What is Musical Ear Syndrome and How is it Treated?
Everyone’s experienced ringing in their ears at one point or another. However, it might be musical ear syndrome if the ringing is an actual melody no one else can hear. This is also known as tinnitus and affects far more people than you might think.
For example, approximately 15% of the population suffers from musical ear syndrome in the US alone, according to the American Tinnitus Association (ATA). This percentage is definitely a sign of how important it is to know it in greater depth.
What’s musical ear syndrome?
You already have an idea of what musical hearing syndrome is but we’re going to explain it in more detail, as many people aren’t familiar with it. We’ll base this content on the article “Frequently Seen But Rarely Diagnosed: Musical Ear Syndrome.” This syndrome is known by its acronym: MES.
This condition is a type of disability. However, it isn’t psychiatric, but an auditory one as it concerns music and melodies or music people perceive, a kind of hallucination. The article also mentions that this condition has to do with Charles Bonnet syndrome.
Charles Bonnet syndrome consists of visual hallucinations. People with this disability experience them as a result of irreversible myopia or near-blindness. Well, the musical ear syndrome is similar, only it affects the ear instead of the eye.
How common is it?
We already mentioned that approximately 15% of the U.S. population experiences musical ear syndrome. However, the numbers are even more alarming according to a survey conducted by the Centers for Disease Control and Prevention (CDC). In fact, they say that about 20 million Americans have to deal with this syndrome regularly.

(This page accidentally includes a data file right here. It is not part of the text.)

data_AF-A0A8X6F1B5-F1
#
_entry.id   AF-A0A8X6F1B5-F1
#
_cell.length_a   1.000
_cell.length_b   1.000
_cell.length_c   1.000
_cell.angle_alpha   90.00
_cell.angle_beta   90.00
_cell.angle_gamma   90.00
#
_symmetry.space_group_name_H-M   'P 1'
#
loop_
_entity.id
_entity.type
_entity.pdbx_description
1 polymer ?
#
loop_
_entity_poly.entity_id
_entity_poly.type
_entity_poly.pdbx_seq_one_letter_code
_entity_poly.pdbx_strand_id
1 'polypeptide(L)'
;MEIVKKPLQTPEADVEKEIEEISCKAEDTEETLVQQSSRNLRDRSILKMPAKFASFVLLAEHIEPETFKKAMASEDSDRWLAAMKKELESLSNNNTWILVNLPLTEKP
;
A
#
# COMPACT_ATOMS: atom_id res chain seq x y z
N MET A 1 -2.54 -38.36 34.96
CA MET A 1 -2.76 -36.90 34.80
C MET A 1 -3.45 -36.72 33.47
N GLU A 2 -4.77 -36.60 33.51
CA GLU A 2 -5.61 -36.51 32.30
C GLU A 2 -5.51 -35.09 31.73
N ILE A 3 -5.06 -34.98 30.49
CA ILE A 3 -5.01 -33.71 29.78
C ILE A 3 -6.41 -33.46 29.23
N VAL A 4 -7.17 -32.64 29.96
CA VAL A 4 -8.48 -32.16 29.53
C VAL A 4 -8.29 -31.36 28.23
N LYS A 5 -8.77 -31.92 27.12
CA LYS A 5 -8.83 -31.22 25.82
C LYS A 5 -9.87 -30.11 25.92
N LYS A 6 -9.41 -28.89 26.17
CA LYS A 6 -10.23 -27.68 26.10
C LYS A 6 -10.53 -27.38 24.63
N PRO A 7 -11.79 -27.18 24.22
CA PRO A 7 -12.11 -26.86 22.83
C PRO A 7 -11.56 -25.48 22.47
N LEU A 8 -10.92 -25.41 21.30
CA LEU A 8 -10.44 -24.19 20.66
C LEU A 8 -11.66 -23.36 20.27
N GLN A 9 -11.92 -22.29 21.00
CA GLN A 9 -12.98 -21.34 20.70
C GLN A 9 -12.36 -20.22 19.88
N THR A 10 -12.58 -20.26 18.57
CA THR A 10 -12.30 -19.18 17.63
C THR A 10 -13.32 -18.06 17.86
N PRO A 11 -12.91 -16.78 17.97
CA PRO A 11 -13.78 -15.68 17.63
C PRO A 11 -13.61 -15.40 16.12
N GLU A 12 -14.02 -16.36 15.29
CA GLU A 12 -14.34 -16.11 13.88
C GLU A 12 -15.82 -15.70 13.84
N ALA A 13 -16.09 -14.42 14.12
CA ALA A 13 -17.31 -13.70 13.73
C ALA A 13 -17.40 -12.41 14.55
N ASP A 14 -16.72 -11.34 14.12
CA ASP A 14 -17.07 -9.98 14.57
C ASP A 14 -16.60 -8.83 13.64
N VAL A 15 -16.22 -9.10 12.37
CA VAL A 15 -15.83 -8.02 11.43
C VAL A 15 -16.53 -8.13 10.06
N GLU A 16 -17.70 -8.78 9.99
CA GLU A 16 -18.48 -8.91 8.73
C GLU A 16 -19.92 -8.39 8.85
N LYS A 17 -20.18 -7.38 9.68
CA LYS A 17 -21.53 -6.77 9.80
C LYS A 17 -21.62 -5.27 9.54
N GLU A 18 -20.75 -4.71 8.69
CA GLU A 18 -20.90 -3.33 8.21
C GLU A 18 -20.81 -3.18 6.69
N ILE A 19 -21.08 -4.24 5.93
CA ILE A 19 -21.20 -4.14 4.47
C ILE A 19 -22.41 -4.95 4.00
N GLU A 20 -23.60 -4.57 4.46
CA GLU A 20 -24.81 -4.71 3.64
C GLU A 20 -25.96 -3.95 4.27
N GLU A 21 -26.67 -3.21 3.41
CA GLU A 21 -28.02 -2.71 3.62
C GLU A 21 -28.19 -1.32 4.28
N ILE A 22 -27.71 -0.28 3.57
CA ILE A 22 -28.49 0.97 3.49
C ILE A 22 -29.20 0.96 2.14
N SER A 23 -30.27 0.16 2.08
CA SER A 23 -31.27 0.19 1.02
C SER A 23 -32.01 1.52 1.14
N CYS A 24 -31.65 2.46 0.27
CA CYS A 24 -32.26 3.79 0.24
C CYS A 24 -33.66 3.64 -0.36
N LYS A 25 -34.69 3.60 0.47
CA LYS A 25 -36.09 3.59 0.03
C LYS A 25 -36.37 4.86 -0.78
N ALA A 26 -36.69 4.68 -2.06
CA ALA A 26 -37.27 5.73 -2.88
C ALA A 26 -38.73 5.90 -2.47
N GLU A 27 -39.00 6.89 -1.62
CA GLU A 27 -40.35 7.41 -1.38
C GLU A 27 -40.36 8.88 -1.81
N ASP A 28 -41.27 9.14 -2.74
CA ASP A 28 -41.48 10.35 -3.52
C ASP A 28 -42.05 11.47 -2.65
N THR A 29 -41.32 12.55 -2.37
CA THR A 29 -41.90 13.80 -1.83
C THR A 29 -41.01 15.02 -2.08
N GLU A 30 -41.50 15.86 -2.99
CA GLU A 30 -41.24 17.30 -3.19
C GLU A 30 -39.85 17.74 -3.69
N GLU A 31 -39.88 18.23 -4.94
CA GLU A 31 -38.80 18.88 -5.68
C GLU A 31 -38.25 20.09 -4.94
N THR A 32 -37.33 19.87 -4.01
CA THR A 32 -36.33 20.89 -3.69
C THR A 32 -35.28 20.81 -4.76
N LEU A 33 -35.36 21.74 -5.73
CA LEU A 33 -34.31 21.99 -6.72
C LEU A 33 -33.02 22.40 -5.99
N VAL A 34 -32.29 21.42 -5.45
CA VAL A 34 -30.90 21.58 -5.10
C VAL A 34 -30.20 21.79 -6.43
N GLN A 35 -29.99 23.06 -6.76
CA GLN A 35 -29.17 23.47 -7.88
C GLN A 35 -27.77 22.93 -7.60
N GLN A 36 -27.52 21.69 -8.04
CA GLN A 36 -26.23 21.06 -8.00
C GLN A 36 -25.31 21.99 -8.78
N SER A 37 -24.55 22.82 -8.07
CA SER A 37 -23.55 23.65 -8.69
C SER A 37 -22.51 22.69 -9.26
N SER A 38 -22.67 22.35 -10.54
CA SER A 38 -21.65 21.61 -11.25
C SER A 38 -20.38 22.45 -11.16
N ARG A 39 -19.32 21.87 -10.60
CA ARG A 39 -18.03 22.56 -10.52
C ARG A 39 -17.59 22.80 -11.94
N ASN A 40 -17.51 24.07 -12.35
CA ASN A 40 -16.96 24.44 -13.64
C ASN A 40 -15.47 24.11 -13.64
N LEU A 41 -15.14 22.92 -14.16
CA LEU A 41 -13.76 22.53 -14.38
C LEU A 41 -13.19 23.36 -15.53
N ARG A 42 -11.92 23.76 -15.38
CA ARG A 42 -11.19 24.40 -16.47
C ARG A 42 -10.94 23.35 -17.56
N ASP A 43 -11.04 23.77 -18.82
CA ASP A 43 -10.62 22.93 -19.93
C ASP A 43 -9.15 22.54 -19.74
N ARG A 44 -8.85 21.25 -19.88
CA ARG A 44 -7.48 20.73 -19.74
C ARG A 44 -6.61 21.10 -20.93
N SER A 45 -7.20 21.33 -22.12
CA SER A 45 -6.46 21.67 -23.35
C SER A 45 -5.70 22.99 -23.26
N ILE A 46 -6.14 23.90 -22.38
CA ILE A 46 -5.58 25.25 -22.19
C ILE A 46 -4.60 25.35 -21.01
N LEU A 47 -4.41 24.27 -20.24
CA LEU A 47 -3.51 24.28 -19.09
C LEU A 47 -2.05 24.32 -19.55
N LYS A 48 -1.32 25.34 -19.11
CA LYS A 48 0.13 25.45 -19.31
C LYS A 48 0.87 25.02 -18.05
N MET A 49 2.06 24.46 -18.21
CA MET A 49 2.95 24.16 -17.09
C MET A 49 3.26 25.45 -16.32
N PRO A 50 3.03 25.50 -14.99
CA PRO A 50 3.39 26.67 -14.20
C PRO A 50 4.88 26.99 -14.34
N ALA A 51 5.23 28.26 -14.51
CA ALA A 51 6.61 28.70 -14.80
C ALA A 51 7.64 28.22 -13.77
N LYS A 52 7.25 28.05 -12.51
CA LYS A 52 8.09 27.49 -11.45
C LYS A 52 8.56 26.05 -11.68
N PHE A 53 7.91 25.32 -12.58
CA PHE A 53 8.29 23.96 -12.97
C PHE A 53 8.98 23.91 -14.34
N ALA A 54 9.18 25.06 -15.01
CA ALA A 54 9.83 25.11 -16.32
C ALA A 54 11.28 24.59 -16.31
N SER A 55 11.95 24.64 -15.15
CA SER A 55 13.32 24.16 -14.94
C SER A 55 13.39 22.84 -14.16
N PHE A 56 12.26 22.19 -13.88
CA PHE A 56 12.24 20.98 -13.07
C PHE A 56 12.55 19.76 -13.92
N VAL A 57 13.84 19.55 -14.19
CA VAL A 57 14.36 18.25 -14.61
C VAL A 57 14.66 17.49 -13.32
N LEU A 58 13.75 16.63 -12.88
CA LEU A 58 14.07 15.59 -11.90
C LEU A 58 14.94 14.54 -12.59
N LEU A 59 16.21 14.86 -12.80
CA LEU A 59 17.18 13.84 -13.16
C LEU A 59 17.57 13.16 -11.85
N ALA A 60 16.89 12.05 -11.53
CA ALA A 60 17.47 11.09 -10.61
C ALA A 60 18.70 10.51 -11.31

Also, there are claims that about two million people experience severe forms of musical tinnitus. This means they have to deal with it daily and this affects their lives, social relationships, and the way they function.
Other data presented by the ATA indicates that tinnitus is more frequent in men than in women, as well as among older people and music lovers (or musicians). However, those who work in environments where there’s a lot of noise and those who’ve held military positions also fall into this category.
Causes of musical ear syndrome
Musical ear syndrome doesn’t arise out of nowhere. This is why there are different identified causes, such as hyperacusis. People who’ve been exposed to high volumes of sound for a long time may experience this problem.
Also, the reason for it affecting older people is hearing loss. As with Charles Bonnet syndrome, hallucinations may appear in an attempt to compensate for the decrease in function when a sense begins to fade.
As the article mentioned above explains, researchers believe the cause of phantom sounds is hypersensitivity in the auditory cortex. It isn’t buzzing or whistling in this case, but melodies and songs. In other words, auditory hallucinations.
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There are different ways to treat musical ear syndrome. One of them is to manage the stress that causes hallucinations due to anxiety about hearing loss. Practicing yoga, meditation, pilates, and physical activity can be of great help.
The use of hearing aids, in cases where they may be helpful, also reduces hallucinations caused by musical ear syndrome. Another way is to add more noise. Playing music at home or having the television on are ways for the ear to stop hallucinating and focus on sounds that are really there.
The last option is the use of drugs prescribed by the doctor. This should be the last approach when nothing else works so that the patient can go on with their lives and not be frustrated.
Musical ear syndrome is a hallucination
You’ve probably experienced ringing and buzzing in your ears, but perhaps you had no idea that there’s such a thing as auditory hallucinations. Fortunately, it’s possible to treat them thanks to the different options available today.
Have you ever experienced this phenomenon? Has anyone close to you?It might interest you...